New Delhi, Jan 21 (Jagran News Network): Cast: Aamir Khan, Prateik Babbar, Monica Dogra, Kriti Malhotra
Director: Kiran Rao rating: Three stars and a half

That Mumbai is a city of dreams is known to anyone who has wanted to move up in life. That the city doesn’t intrude into the lives of countless dreamers but just watches on is a reality that we have not realized. Kiran Rao’s debut directorial venture ‘Dhobi Ghat’ portrays the Maximum City through the lives of four characters who are after their dreams.

The film is the story of five characters - Yasmin (Kirti Malhotra), Arun (Aamir Khan), Shai (Monica Dogra), Munna (Prateik Babbar) and the city of Mumbai which is metaphorically depicted as an old woman who is on the sidelines of every body’s life, watching and dying.

After a chance intimate encounter with Arun, who is a painter, Shai, an investment banker from America and an amateur photographer, obsesses over him while her dhobi Munna pines for Shai. Then there is Yasmin, a previous tenent of the house where Arun now lives, who has left video tapes of her life-story in the house. Arun finds them and falls in love with the newly married girl who is in a failed marriage.

Each of character is in search for something in one another, while the fifth character, Mumbai, simply stares blankly at them.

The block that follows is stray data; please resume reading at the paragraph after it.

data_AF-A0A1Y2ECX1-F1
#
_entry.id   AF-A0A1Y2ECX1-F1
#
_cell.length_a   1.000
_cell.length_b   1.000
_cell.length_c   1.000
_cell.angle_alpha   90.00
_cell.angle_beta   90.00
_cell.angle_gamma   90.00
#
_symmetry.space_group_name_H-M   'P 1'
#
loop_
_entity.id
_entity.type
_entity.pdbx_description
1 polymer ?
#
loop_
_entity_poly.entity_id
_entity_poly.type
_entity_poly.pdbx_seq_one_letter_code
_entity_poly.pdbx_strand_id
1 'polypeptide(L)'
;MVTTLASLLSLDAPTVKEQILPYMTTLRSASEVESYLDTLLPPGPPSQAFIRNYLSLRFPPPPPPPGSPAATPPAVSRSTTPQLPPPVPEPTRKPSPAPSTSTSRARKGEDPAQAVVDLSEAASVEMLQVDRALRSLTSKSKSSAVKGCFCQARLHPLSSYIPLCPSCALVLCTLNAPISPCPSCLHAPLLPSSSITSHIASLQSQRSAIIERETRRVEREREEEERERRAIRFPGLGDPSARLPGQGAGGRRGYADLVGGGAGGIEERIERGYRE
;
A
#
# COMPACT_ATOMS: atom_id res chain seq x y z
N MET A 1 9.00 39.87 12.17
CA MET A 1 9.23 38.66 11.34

The characters are believable as are their stories. Prateik is bound to become the heartthrob of the new generation, while Kirti Malhotra's innocence has to be seen to be believed. Real life singer Monica brings out the uncertainty of her character beautifully.
Aamir Khan lives up to his reputation of being a perfectionist. He gets into the skin of the character and gives a performance which is subtle and apt.
Very few people in the world have sketched any city with such tender love, care and affection. Add to the lilting melody that is Mumbai in the film is composer Gustavo Santaolalla who gives a haunting background score.
Another good thing about the film is that nowhere does it slacken or lose pace. On the contrary, it unfolds almost like a mystery, like a rose bud, only to scintillate the senses in full bloom. It thus might become the low budget indie Indian film that will finally make money like big-budget Bollywood fare.